Particulars
Year 1
Year 2
Income from Business and Profession
(1,50,00,000)
1,00,00,000
Sale of Virtual Digital Assets
7,50,000
Purchase Cost of Virtual Digital Assets
7,00,000
Expenses on Transfer
10,000
Profit from Virtual Digital Assets
50,000
(85,000)
Set off Allowed
0
1,00,00,000
Total Taxable Income
50,000
0
Tax
(50,000*31.2%)
15,600
0
Losses Carried forward to Subsequent Years
1,50,00,000
50,00,000
  1. In Year 1 no losses would be allowed to be set off against the income from Virtual Digital Assets.
  2. The losses incurred under any business (Speculative or non-speculative) would not be allowed to be set off against income from transfer of Digital Assets.
  3. The Assessee isn’t allowed any basic exemption limit in case the only income during the year is from the transfer of the Virtual Digital Assets.
  4. In Year 2, the losses of 85,000 in Virtual digital assets would not be allowed to carried forward to subsequent years.
It is obvious to state that in case the funds are not withdrawn by an Assessee from the aggregator then also such income would be taxable.
Now let us take a case that an Assessee who transfers these virtual digital assets at a value less than a value than the fair value of the asset the differential value would be taxable in the hands of the recipient as per the provisions of Section 56(2)(x) of the Act.
It is pertinent to note that the Hon’ble Finance Minister introduced the new law taxing the transfer of virtual digital assets under the taxation laws however under which head of income would such income be taxed has not been stated. We would need to wait for the detailed ITR form to determine under which head the income from such assets would be taxed.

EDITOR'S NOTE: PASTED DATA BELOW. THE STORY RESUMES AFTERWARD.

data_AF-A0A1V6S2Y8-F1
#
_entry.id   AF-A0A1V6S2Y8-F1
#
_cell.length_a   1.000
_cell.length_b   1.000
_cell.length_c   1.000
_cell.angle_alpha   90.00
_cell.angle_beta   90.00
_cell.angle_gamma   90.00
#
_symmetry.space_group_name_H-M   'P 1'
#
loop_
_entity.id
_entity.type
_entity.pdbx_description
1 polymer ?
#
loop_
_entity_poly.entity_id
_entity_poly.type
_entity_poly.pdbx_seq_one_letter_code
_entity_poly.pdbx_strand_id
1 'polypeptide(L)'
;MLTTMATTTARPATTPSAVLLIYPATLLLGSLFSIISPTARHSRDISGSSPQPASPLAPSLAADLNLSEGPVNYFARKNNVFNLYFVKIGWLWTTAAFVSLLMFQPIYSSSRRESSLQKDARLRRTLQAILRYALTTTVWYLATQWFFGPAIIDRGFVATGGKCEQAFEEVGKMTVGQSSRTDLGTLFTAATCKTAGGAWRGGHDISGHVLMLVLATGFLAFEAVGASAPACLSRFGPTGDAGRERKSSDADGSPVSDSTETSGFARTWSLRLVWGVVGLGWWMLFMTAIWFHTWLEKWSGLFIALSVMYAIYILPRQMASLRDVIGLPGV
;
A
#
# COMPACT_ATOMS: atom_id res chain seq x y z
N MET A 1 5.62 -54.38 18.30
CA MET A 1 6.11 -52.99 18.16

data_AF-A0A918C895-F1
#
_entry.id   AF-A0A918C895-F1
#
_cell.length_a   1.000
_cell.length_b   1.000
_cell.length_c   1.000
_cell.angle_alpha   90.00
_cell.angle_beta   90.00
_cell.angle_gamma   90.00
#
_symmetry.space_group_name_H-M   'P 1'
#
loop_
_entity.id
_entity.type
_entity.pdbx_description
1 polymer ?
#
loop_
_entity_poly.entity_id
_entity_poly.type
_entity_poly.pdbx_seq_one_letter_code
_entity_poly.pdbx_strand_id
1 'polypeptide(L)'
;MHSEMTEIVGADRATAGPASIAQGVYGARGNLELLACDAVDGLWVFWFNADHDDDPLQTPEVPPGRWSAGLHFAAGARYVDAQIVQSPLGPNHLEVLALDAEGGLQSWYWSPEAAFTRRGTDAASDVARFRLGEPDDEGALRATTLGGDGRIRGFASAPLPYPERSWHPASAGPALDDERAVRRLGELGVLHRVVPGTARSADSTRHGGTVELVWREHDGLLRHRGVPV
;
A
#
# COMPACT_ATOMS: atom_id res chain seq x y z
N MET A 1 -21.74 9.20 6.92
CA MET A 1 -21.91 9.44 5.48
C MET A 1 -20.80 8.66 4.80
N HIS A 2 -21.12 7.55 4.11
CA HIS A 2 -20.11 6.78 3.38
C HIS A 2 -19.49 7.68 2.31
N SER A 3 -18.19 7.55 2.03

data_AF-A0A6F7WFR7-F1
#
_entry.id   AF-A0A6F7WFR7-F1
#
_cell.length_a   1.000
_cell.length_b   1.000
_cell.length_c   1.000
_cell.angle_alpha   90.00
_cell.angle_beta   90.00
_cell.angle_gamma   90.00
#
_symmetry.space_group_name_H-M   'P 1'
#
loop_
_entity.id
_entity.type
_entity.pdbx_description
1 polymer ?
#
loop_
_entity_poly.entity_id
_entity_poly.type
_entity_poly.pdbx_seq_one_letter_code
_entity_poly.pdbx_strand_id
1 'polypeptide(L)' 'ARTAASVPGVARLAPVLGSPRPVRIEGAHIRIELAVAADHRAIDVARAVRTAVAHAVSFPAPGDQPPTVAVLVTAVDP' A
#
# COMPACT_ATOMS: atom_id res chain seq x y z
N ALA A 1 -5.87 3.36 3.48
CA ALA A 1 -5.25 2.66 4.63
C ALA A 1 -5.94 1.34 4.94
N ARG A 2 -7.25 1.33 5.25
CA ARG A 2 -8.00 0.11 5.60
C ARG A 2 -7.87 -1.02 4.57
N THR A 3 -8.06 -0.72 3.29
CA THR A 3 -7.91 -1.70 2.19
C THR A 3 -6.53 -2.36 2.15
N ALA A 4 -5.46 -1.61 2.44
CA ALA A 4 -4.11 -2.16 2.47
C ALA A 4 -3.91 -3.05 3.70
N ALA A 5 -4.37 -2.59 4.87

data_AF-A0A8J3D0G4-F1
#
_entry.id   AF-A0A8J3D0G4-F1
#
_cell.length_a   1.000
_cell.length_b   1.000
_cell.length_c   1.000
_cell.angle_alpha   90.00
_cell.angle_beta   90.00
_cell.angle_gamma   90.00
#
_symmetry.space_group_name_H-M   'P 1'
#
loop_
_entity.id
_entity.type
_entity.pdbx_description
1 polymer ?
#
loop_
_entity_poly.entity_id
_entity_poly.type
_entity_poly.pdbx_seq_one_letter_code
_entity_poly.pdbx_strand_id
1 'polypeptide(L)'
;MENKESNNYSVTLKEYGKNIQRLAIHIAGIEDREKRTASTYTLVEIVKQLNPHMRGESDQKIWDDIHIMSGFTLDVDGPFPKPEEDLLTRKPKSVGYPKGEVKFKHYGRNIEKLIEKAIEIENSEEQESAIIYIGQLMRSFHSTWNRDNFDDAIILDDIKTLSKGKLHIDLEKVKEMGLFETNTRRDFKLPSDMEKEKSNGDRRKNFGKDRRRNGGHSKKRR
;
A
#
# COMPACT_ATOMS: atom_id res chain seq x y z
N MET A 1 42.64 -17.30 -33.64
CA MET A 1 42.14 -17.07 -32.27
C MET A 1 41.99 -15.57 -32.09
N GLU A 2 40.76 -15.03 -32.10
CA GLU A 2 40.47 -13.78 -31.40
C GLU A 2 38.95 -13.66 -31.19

The Hon’ble Finance Minister in her budget speech also introduced the provisions of Section 194S to the Act wherein the person making the payment for the transfer of virtual digital asset shall at the time of the transfer of the virtual digital asset deduct TDS at the rate of 1% of the consideration. Now it is important to understand that the TDS would be applicable whether the seller of the asset transfers by way of cash or through kind or partly in cash and in kind. However, no TDS would be deducted in case the value of the transfer does not exceed fifty thousand rupees during the financial year wherein the transfer is made by a specified person being an Individual or HUF which subject to monetary limits would be required to deduct TDS or in case of any other person the value of the transaction does not exceed ten thousand rupees during the financial year.
Let us understand this better by way of an example, now say in case a resident individual sells Bitcoin on WazirX worth Rs.8,000/- and also sells Ripple worth Rs.25,000/- then WazirX would be required to deduct TDS @ 1% on the total value of the transaction in excess of Rs.10,000 being Rs.23,000/-. Now, it does not matter whether the Assessee converts the sum in cash or transfers the sum to purchase any other assets. Now in case that the person selling the asset is a person as per the provisions of Section 206AB of the Act then TDS would be deducted as per the higher rate specified in the Section, however such higher rate would not be applicable in case the transfer is made by an Individual or HUF subject to the limits specified under the provisions of Section 194S.
The government after much anticipation has taken some a stand on the Cryptocurrencies and NFT. Also, it would not be wrong to say that income generated from Metaverse would also be taxable under this head.
While this is a first good step, there are still multiple shortcomings to the new law which needs to be addressed. However one positive thing which has emerged from this new provision is that the government has finally considered Cryptos and NFT as an asset class paving the way for the future of this class of assets.